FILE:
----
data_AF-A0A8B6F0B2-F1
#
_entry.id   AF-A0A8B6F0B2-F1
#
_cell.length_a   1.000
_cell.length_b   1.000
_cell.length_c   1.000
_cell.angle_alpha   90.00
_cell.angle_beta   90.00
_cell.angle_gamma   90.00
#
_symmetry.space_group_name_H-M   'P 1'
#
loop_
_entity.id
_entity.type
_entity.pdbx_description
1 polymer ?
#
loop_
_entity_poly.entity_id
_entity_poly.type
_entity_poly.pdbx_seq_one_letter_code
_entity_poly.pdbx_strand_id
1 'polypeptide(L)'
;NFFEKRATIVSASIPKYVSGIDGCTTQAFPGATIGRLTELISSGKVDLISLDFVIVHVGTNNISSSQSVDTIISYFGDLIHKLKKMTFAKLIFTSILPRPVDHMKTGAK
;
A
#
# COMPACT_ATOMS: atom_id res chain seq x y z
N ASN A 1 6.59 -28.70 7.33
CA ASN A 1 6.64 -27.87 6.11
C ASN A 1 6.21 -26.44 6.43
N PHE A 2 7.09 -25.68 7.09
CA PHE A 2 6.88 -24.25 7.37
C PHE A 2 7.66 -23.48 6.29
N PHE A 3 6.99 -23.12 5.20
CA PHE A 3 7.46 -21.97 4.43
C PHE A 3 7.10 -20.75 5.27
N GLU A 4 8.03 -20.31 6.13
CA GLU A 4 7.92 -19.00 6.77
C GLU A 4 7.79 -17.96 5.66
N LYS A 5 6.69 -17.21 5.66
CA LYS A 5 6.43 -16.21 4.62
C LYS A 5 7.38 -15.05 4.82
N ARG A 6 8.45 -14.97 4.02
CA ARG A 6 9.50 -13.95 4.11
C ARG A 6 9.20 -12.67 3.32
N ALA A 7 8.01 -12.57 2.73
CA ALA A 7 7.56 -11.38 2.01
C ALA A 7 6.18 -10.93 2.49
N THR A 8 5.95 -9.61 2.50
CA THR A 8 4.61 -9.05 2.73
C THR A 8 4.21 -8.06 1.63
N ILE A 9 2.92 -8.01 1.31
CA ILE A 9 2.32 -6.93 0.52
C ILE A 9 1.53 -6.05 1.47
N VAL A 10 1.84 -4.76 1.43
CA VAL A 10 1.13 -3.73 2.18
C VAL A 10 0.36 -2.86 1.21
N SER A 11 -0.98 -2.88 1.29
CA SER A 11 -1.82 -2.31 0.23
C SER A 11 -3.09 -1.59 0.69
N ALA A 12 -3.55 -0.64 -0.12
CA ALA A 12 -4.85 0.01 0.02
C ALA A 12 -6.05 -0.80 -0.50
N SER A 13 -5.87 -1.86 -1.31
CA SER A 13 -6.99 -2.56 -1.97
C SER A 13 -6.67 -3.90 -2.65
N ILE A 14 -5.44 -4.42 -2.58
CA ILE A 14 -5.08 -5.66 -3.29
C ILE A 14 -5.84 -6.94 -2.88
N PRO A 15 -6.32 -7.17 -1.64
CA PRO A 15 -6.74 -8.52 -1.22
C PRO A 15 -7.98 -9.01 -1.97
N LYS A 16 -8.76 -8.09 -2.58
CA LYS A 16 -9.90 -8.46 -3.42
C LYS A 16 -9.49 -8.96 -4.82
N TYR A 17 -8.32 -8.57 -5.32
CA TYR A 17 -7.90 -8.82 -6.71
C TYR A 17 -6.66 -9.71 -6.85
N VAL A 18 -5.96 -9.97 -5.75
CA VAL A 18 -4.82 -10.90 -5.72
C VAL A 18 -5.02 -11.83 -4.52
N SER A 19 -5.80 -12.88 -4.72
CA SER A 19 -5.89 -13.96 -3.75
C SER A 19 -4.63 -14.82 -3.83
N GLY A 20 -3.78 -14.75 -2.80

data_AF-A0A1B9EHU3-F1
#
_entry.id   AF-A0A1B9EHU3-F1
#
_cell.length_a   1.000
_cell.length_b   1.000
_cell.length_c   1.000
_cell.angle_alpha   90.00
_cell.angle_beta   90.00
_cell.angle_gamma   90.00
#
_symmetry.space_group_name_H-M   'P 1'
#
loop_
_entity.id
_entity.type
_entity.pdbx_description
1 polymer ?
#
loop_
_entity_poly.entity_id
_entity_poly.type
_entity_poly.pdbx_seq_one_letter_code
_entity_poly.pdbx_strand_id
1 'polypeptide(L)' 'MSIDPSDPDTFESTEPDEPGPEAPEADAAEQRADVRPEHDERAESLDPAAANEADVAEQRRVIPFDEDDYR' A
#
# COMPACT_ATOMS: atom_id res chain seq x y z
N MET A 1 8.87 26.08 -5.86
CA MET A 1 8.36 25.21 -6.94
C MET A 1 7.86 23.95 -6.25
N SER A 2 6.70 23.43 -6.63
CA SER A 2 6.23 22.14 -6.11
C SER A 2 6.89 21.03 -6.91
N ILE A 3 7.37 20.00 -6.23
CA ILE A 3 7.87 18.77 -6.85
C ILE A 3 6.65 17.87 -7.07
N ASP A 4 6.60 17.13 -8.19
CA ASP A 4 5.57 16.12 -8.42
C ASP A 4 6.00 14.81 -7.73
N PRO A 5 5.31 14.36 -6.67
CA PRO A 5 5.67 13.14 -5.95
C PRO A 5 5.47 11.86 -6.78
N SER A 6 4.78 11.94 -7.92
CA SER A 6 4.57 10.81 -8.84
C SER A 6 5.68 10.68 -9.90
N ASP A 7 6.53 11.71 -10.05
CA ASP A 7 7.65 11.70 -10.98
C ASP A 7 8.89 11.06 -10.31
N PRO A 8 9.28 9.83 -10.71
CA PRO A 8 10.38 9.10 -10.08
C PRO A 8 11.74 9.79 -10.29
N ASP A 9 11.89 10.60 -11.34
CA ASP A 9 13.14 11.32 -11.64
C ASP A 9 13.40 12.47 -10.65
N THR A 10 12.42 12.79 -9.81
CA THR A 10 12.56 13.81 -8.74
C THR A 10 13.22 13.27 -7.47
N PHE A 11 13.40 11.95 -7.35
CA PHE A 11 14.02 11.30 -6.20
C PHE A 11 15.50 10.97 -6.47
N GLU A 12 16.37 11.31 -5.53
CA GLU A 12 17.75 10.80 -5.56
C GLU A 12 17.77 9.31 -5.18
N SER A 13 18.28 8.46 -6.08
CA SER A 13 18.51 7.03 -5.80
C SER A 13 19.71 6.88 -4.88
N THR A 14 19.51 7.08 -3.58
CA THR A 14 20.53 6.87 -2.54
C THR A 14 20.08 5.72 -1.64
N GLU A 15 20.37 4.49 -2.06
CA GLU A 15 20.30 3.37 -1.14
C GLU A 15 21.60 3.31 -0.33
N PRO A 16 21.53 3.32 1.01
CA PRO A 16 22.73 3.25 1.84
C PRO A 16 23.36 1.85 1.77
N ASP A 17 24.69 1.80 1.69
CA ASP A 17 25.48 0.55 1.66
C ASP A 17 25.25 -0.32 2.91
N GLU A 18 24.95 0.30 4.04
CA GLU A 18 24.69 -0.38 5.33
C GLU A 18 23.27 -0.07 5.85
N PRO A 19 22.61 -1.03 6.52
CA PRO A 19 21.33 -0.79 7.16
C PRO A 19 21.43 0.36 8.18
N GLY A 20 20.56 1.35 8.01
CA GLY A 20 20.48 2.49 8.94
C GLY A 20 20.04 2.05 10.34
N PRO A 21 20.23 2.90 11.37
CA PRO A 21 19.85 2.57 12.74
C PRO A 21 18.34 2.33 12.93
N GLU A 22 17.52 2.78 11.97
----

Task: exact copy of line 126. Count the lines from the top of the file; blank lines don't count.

CA ASP A 4 5.57 16.12 -8.42